You need to use the 1/4" torque wrench in this case.
Start with half of 84 then moving up to 84 incrementally.
 
Messages
7,936
Location
MI
Oh man, as diyer I have been there/done that type of learning curve numerous times over my lifetime. Trust me, pros make mistakes sometimes also. I, too, have a tendency to kick myself when this stuff happens. In your case, I think I would follow Trav's advice and let a trusted mechanic fix it for you (at least remove broken bolts). Absorb your loss. Lick your wounds. Months from now the extra cost incurred will fade away. Get back on the horse, educate yourself more, and move forward.

My good example: Replacing the 4cyl. spark plugs for the first time on my last Caravan cost me about $150 and took a day. After fighting a glued on rubber plug boot for 1/2 hour, it finally released and my elbow jerked, breaking a plastic $120 MAF sensor. Lucky to find one at a dealer 60 miles away, a few hours later I completed the job.

You made many mistakes with the torque wrench. Never trust a borrowed one that you have no experience with. "Exercise"/practice with it on a small nut/bolt gripped in a vise. Lubing the threads made things worse. I would spend a lot of time on the internet studying how to use one - read mfg. manuals, faqs, and forums about their use. Many believe that using a precise tool automatically gives excellent results. Correct torque wrench use is not as easy as many think. Understand what errors (+/- values) can happen if not used correctly. Heck, most don't realize that torque wrench techniques have about +/- 28% error possibilities due to all the variables.

At my workplace some guys borrowed a 600 ft. lb. wrench and due to it's failure, they caused about $2,000 dollars damage to a commercial wood chipper while replacing the teeth. S it happens!

Thanks for sharing. These reminders help me........sometimes.
 
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Astro14

$100 Site Donor
Staff member
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Virginia Beach
Looks to me like you did it right, but I’ll bet that torque wrench is just a bit off. And that’s enough to snap the bolt.
From the look of it getting this out won’t be too bad. Because of the clearance underneath, you might even be able to continue to turn it clockwise and feed it out the bottom.

Generally, fasteners that break cleanly like that aren’t that tight in the threads. It should turn pretty easily. I once broke off a head bolt. Snapped it right off. Used the right torque specs for the engine, but the wrong year. Turns out the following year, the bolts were much larger. I was able to run the broken stub out of the iron block with just my fingers. So, don’t feel bad, we’ve all broken something, and this isn’t that bad...not compared with my mistake...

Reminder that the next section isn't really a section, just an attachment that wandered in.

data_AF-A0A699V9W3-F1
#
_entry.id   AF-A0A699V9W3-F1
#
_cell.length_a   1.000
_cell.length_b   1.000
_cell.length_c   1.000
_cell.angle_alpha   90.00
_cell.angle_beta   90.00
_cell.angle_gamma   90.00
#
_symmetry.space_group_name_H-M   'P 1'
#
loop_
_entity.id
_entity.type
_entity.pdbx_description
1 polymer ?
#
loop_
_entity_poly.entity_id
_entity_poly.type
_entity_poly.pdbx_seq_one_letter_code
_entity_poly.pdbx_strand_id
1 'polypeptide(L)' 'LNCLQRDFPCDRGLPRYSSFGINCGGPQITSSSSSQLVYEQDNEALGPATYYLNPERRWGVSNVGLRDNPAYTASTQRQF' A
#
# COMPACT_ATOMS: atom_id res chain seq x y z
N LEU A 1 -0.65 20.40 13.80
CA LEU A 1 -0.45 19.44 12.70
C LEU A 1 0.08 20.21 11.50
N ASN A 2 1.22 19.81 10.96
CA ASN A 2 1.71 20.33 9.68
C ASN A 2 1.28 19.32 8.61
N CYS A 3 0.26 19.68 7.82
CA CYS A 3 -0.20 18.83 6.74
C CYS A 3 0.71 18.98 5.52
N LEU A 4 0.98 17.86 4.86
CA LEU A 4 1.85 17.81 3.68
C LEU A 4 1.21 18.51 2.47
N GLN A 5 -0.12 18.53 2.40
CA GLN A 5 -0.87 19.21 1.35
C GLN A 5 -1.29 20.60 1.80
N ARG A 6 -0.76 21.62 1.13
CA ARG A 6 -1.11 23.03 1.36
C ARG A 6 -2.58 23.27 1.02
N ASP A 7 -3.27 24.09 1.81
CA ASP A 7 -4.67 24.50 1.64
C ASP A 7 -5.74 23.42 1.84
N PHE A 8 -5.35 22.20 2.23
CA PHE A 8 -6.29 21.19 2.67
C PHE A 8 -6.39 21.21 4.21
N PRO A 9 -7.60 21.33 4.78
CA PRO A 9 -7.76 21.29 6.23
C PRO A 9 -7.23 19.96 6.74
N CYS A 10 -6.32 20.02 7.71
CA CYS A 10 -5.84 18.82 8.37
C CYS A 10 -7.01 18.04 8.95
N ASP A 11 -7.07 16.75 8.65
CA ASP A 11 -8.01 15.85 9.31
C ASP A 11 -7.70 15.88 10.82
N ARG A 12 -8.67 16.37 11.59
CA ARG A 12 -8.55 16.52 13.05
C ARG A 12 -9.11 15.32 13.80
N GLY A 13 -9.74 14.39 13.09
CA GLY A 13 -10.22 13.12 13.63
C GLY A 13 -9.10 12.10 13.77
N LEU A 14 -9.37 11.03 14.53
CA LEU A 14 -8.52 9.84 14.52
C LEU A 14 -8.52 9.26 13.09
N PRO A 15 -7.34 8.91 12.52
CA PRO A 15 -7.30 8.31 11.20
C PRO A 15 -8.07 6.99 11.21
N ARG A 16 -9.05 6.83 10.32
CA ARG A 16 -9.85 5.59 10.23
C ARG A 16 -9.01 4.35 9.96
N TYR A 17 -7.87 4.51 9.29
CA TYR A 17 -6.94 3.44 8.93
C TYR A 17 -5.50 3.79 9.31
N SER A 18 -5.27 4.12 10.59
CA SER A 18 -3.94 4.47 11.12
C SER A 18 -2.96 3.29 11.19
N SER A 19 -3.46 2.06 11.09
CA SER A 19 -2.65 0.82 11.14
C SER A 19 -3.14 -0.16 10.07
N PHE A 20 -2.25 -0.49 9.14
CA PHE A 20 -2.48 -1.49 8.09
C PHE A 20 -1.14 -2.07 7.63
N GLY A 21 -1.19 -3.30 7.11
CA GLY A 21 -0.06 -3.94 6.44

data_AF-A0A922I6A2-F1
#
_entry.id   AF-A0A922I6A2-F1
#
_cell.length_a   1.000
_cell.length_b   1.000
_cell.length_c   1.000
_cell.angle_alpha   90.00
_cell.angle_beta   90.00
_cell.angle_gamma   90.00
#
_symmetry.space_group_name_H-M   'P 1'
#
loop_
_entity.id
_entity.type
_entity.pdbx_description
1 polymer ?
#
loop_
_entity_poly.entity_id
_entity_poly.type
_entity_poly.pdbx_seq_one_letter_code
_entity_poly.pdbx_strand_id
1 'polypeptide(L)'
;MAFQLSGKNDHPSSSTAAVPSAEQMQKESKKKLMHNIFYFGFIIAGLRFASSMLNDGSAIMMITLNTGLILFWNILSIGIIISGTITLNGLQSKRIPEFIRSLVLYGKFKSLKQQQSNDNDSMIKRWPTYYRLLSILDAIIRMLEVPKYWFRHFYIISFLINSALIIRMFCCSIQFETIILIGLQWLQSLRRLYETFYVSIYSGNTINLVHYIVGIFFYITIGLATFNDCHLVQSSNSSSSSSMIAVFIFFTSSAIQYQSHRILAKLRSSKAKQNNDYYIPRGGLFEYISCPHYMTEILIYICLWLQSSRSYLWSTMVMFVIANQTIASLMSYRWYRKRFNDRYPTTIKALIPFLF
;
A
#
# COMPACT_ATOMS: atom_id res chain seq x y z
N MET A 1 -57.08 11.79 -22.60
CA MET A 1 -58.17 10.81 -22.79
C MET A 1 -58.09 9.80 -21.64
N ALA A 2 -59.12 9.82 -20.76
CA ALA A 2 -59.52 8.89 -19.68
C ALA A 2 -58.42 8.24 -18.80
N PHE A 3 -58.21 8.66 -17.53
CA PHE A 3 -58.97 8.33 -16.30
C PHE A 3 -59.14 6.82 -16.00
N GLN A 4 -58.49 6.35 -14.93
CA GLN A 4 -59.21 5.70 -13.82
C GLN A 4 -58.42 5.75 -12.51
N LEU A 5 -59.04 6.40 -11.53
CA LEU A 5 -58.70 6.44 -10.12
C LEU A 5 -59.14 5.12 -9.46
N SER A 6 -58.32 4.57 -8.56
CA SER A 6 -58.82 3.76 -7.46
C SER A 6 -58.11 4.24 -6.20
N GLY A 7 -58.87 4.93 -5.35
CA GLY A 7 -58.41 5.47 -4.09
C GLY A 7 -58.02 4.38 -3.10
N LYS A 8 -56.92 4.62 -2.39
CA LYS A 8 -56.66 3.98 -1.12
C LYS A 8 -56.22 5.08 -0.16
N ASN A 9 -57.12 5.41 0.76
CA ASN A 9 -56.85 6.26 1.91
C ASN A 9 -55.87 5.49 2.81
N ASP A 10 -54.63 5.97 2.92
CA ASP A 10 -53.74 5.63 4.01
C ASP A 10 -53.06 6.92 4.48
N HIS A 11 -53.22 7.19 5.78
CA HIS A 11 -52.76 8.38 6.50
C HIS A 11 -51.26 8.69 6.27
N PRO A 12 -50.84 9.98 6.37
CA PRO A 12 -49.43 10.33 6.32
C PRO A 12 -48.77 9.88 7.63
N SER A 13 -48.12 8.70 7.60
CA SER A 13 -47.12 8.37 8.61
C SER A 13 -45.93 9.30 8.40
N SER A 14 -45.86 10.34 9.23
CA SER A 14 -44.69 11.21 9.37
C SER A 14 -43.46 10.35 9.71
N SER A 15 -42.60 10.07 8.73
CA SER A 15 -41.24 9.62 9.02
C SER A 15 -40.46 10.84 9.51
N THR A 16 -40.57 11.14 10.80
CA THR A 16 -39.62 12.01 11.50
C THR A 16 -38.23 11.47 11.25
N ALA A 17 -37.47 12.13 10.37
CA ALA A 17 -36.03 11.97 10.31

I like having consistent torque for this kind of thing. But you need clean threads, no oil. Just clean. If you use anti seize, or get some oil on them, then you just back off the torque 20%.

Might be time to invest in your own torque wrench. I recently bought this one in 1/4” for just such jobs.

Not cheap, but I am certain of its calibration.
 
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GMFan

Thread starter
Messages
2,092
Location
NC
your inch/lbs look good on your torque wrench, within specification

also that torque wrench is more for something like tires not for 8mm screws id say

yet, you haven't screw it that bad, any shop or even yourself you can tap that out

btw, good looking engine on the inside

Tekton is doing great torque wrench for small jobs like that
View attachment 39972

looks like I got mine in 2015
View attachment 39976
I have the exact Tekton torque wrench on order but shipment was delayed . And the only torque wrench I own does 20-100lbs, and I needed ~7ft-lbs . Hence why I borrowed my buddies in the next town over this morning.
 

GMFan

Thread starter
Messages
2,092
Location
NC
Oh man, as diyer I have been there/done that type of learning curve numerous times over my lifetime. Trust me, pros make mistakes sometimes also. I, too, have a tendency to kick myself when this stuff happens. In your case, I think I would follow Trav's advice and let a trusted mechanic fix it for you (at least remove broken bolts). Absorb your loss. Lick your wounds. Months from now the extra cost incurred will fade away. Get back on the horse, educate yourself more, and move forward.